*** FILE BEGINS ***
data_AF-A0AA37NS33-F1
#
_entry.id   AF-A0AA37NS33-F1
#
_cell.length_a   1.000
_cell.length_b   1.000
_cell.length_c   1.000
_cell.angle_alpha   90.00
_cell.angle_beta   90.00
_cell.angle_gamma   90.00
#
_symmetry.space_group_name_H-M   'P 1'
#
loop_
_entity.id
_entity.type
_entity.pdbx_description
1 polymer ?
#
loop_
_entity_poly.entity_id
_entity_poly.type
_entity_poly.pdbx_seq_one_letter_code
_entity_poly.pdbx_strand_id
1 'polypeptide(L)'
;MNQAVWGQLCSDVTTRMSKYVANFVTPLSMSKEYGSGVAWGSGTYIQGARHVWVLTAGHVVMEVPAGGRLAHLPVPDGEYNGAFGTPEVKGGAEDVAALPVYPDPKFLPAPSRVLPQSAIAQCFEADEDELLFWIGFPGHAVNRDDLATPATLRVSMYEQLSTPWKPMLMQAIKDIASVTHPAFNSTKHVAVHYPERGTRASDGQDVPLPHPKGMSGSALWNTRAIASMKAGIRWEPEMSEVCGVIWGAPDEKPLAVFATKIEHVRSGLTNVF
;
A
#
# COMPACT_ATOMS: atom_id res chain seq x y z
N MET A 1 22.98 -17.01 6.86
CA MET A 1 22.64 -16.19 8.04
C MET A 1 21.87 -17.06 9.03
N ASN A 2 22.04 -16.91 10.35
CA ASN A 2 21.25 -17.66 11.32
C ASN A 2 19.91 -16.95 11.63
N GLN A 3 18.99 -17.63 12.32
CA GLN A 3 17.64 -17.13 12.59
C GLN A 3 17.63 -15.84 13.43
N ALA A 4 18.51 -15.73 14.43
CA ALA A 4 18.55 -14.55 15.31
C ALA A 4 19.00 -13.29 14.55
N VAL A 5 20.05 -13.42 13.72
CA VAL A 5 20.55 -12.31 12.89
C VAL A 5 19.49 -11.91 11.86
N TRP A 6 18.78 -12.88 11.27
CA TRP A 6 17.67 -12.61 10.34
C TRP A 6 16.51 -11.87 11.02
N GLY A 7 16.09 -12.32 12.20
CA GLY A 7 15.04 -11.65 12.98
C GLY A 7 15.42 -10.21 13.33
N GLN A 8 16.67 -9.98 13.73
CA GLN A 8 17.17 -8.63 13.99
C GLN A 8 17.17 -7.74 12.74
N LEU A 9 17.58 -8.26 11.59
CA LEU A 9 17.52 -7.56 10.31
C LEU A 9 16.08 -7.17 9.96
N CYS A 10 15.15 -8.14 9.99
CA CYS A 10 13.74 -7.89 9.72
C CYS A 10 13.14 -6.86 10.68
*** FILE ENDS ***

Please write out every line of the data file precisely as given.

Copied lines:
data_AF-A0AA37NS33-F1
#
_entry.id   AF-A0AA37NS33-F1
#
_cell.length_a   1.000
_cell.length_b   1.000
_cell.length_c   1.000
_cell.angle_alpha   90.00
_cell.angle_beta   90.00
_cell.angle_gamma   90.00
#
_symmetry.space_group_name_H-M   'P 1'
#
loop_
_entity.id
_entity.type
_entity.pdbx_description
1 polymer ?
#
loop_
_entity_poly.entity_id
_entity_poly.type
_entity_poly.pdbx_seq_one_letter_code
_entity_poly.pdbx_strand_id
1 'polypeptide(L)'
;MNQAVWGQLCSDVTTRMSKYVANFVTPLSMSKEYGSGVAWGSGTYIQGARHVWVLTAGHVVMEVPAGGRLAHLPVPDGEYNGAFGTPEVKGGAEDVAALPVYPDPKFLPAPSRVLPQSAIAQCFEADEDELLFWIGFPGHAVNRDDLATPATLRVSMYEQLSTPWKPMLMQAIKDIASVTHPAFNSTKHVAVHYPERGTRASDGQDVPLPHPKGMSGSALWNTRAIASMKAGIRWEPEMSEVCGVIWGAPDEKPLAVFATKIEHVRSGLTNVF
;
A
#
# COMPACT_ATOMS: atom_id res chain seq x y z
N MET A 1 22.98 -17.01 6.86
CA MET A 1 22.64 -16.19 8.04
C MET A 1 21.87 -17.06 9.03
N ASN A 2 22.04 -16.91 10.35
CA ASN A 2 21.25 -17.66 11.32
C ASN A 2 19.91 -16.95 11.63
N GLN A 3 18.99 -17.63 12.32
CA GLN A 3 17.64 -17.13 12.59
C GLN A 3 17.63 -15.84 13.43
N ALA A 4 18.51 -15.73 14.43
CA ALA A 4 18.55 -14.55 15.31
C ALA A 4 19.00 -13.29 14.55
N VAL A 5 20.05 -13.42 13.72
CA VAL A 5 20.55 -12.31 12.89
C VAL A 5 19.49 -11.91 11.86
N TRP A 6 18.78 -12.88 11.27
CA TRP A 6 17.67 -12.61 10.34
C TRP A 6 16.51 -11.87 11.02
N GLY A 7 16.09 -12.32 12.20
CA GLY A 7 15.04 -11.65 12.98
C GLY A 7 15.42 -10.21 13.33
N GLN A 8 16.67 -9.98 13.73
CA GLN A 8 17.17 -8.63 13.99
C GLN A 8 17.17 -7.74 12.74
N LEU A 9 17.58 -8.26 11.59
CA LEU A 9 17.52 -7.56 10.31
C LEU A 9 16.08 -7.17 9.96
N CYS A 10 15.15 -8.14 9.99
CA CYS A 10 13.74 -7.89 9.72
C CYS A 10 13.14 -6.86 10.68